Homecoming used to be just that -- college students going home to visit their alma maters.
Now, the celebration focuses more on current students than past ones.
"It's changed to mean a spirited week with a number of activities to break the routine," Moffat County High School Athletic Director Jim Loughran said.
The student council started outlining Homecoming plans in May but solidified them at a September retreat.
"I think Homecoming is a week of fun in school, an excuse to have a laid-back week," Student Council media relations director Billy Richards said. "It's the one week out of the year that school spirit is really high."
Activities, with a few exceptions, were confined to two days to disrupt the teaching schedule as little as possible, Richards said.
"We've got a lot of participation from teachers," he said. "We've packed the activities into a couple of days so there's not so much disruption. Teachers really appreciated that."
Students are in for an activity-filled week that will make last week's midterms fade in memory.
On Monday, students arrived in a riot of flowers and color for Caribbean dress-up day. Those without tropical attire had the option of purchasing leis and flowers through a student council fund-raiser. For lunch, students got a taste of the islands with alcohol-free piÃ±a coladas.
"That went over really well," Loughran said.
After school ended, the competition heated up. The school hosted a role-reversal, with the boys going head-to-head in "macho volleyball" and the girls tackled "powder puff football."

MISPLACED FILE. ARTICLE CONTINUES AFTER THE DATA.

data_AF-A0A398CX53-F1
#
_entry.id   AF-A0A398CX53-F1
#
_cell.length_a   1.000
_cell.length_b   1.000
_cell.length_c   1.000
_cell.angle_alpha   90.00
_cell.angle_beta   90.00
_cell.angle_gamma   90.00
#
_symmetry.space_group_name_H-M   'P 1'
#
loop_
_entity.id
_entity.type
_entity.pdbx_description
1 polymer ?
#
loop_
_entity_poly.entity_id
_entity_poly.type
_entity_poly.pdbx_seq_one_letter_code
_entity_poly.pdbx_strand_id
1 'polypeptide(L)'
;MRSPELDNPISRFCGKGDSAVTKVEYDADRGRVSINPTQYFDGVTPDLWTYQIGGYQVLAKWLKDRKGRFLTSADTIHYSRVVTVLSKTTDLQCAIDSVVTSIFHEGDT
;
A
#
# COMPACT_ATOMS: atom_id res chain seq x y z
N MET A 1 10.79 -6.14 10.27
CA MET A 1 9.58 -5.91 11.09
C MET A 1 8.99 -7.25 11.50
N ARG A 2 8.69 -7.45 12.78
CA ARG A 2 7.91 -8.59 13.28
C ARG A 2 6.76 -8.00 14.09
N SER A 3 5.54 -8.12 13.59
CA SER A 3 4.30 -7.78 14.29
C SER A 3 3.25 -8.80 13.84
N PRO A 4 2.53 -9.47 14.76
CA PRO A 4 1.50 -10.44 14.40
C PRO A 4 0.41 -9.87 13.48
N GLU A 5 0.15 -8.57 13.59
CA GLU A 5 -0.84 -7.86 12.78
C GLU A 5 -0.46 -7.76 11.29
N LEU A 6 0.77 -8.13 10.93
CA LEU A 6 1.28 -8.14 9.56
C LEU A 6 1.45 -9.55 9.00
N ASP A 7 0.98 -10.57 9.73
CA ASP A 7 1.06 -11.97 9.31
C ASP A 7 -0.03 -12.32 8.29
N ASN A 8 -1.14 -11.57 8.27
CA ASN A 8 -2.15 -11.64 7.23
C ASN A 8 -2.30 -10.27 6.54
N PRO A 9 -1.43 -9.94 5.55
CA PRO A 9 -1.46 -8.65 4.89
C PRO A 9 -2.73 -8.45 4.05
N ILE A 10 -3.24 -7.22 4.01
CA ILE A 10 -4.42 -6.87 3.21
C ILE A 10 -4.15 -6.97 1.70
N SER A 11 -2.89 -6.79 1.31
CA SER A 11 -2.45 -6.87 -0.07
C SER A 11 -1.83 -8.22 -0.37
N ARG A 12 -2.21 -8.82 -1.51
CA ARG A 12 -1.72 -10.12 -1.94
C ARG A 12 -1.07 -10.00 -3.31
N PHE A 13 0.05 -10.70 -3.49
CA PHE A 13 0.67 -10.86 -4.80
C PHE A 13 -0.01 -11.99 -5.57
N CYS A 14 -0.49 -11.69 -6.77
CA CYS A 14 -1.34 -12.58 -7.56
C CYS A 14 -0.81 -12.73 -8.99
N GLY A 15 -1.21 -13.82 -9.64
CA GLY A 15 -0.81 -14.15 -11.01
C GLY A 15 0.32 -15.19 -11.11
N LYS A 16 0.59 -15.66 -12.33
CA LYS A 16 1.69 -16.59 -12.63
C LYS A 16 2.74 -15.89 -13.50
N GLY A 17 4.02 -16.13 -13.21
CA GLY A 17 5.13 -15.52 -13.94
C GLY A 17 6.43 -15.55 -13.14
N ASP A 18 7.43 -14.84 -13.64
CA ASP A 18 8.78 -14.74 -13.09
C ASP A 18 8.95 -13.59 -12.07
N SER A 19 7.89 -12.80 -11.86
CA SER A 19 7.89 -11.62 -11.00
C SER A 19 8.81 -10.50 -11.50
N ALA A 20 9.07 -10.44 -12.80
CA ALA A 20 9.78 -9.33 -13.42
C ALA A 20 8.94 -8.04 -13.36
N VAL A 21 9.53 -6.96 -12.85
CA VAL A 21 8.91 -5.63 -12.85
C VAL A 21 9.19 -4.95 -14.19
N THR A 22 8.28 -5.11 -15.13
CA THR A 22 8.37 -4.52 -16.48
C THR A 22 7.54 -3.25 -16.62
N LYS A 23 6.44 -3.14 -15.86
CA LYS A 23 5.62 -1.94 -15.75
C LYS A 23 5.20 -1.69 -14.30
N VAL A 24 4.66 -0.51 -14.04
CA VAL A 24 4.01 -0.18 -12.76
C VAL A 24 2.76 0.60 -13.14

The activities continue today as students will arrive dressed in costumes mimicking their favorite ethnicity.
Float building will begin at 4 p.m. Instead of having all week to cover trailers in colored tissue, students will only have two days -- eight hours to complete their entries.
"We're just trying to get more students interested and not worn out," Loughran said.
On Wednesday, students will clean out the linen closets to make togas for Greek dress day. They'll have a limbo competition at lunch and a short time to put the finishing touches on their floats.
On Thursday, students can either dress as the "Crocodile Hunter" or in cowboy garb.
"We're a rural area, so students should be able to get a hold of something cowboy," Loughran said. "We're trying about everything we can to get kids involved."
Thursday will culminate with a tailgate dinner for firefighters before the annual bonfire.
Friday is the apex of the celebration with a pep assembly and coronation occurring at 10:30 a.m., a parade at 1:30 p.m. and sporting events in the afternoon and evening.
At Friday's football game, chances to throw a football 35 yards through a window will be sold. If someone is lucky enough to get the chance and make the shot, they win a car donated by Victory Motors.
There also will be fireworks provided by John Ilko.
"I think we're the only school in Colorado that has fireworks for Homecoming," Loughran said.
Organizing the number of events is a huge load for student council, Richards said.
"It's a big bang that student council not only does, but one of the few things it gets credit for," he said. "I think (Monday night) really jump-started the rest of the week."
Christina M. Currie can be reached at 824-7031 or by e-mail at firstname.lastname@example.org.